I was the “that” person in a classroom or social setting who swore to never use Twitter. I always found Twitter to be narcissistic and pointless. With the boundless amounts of social media in this world, Twitter was the social networking site I never wanted to be involved in. When my New Media and Communication class required each student to create a Twitter and post two “tweets”, I shuddered at the thought that I would have to create yet another social media account in order to express my opinions to an audience who I would most likely never encounter in my daily life. But alas, it was a graded assignment so I knew I had to put my opinions aside and create the dreaded Twitter.
When I first created my Twitter, I started to follow businesses and business leaders that I normally would on Facebook. I quickly realized that within the first couple minutes of me choosing who I wanted to follow, Twitter began to make recommendations and remove certain celebrities or organizations that they feel didn’t “fit it” with what I was interested in. In fact, when I clicked on the “Discover” link, the top part of the page stated certain tweets were “tailored for you”. Scary. In addition, I felt that the 140 words prevented me from expressing myself, which led me to feel frustrated.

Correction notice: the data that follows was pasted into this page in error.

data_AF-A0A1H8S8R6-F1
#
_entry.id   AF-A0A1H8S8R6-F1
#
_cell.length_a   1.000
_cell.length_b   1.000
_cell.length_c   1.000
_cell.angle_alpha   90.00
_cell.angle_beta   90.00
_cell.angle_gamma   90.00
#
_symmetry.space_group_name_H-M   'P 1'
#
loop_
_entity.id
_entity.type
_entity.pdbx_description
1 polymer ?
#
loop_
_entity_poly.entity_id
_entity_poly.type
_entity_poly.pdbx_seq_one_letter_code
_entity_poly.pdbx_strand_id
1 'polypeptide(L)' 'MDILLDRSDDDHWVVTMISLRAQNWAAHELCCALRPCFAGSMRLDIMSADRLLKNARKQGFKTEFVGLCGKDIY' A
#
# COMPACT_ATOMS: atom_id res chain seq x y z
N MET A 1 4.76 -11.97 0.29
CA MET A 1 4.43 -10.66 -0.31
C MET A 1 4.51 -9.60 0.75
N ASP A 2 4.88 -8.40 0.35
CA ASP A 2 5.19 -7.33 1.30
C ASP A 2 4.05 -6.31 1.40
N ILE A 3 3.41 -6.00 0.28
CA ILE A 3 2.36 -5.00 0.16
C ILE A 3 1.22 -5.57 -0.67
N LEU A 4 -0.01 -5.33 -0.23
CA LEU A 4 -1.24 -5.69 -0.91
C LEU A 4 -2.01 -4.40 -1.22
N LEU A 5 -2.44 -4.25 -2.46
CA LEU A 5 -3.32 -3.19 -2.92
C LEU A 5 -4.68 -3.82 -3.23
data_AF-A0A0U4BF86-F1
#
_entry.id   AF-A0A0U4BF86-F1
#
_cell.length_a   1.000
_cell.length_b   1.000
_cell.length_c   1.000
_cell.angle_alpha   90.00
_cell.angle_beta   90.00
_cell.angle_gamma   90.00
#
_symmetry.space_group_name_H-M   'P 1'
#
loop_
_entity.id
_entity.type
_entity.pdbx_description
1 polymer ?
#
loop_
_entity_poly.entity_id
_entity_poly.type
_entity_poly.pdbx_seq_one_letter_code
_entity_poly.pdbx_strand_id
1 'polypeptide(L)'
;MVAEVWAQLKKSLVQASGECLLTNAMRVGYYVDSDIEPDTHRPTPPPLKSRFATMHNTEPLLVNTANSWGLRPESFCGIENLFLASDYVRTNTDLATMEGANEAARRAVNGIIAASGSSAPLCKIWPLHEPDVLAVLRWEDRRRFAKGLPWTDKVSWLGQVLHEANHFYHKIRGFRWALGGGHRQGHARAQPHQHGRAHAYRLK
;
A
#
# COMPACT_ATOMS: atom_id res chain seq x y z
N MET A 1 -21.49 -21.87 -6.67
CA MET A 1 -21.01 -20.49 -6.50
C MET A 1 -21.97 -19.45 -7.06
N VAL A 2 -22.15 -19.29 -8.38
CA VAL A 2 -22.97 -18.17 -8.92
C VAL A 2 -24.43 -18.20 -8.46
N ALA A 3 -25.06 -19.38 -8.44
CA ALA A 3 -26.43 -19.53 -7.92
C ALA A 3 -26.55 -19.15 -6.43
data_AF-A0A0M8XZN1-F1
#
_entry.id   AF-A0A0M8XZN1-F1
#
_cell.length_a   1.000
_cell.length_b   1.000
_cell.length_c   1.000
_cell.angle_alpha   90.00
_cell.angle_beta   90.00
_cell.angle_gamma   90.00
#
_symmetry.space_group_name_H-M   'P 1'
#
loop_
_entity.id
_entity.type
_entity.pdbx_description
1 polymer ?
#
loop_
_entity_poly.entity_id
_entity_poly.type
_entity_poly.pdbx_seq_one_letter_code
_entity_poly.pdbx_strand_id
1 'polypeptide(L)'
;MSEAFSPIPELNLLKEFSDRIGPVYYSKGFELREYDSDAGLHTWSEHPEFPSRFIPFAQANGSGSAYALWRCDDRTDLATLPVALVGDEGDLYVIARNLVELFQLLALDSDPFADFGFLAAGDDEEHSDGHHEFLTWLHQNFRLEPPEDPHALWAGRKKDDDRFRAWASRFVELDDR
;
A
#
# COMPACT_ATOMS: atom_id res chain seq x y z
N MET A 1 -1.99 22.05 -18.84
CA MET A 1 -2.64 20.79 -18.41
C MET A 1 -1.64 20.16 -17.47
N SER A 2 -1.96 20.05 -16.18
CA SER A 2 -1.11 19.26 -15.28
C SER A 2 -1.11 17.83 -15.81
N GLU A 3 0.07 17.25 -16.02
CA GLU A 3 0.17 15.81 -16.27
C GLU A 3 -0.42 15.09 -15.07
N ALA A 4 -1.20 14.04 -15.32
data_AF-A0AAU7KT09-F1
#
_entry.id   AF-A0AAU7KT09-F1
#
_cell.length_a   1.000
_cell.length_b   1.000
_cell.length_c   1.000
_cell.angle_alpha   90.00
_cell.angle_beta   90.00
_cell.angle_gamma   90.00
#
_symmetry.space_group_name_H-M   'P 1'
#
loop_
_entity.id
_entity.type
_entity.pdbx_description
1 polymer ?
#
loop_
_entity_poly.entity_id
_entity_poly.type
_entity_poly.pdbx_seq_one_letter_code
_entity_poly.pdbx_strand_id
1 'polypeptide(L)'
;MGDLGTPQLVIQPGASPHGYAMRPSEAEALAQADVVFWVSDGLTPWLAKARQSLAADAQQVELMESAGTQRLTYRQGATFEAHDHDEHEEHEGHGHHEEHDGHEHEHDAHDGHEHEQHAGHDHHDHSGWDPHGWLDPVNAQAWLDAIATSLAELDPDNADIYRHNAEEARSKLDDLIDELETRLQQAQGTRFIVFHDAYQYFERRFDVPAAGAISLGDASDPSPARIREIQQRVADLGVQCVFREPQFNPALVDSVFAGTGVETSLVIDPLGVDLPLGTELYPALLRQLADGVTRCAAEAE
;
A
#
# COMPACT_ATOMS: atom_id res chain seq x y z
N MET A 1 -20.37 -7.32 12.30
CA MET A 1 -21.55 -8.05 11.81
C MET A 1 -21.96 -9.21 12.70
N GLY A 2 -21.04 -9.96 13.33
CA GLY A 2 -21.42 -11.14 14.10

Once I created my tweets, I felt that Twitter was quite unorganized and was just a somewhat fancier webpage with links to blogs/websites. As I started researching Twitter, I soon learned that others in the digital world shared the same opinions as me. An article from Bloomberg on September 17th of this year ( http://www.bloomberg.com/news/2014-09-17/peter-thiel-says-twitter-horribly-mismanaged-.html ) stated that Peter Thiel, an early investor in Facebook Inc, believes that Twitter is not living up to its potential due to its dysfunction from its top management. He stated that everyone at Twitter needs to be fired and the company needs to start all over again. Tough, yet powerful words.
Overall, I believe Twitter does have potential. I like how they have snapshots of what the article is about, yet I feel 140 characters limits individuals to express their full thoughts. Shirky’s article discussed how the internet (including Twitter) may fracture important critical skills that are developed while one reads from a book. When you read a book, you aren’t just reading words. You are also making inferences, engaging in your imagination while processing information and creating new thoughts in the longer span of time. Reading on the internet, especially little tweets, prevents you from having longer cognitive thoughts. Overall, I truly believe that Twitter holds you back from being enriched.
Do you believe Peter Thiel’s opinions are right regarding Twitter? How do you think Twitter can change in order to reach it’s full capabilities?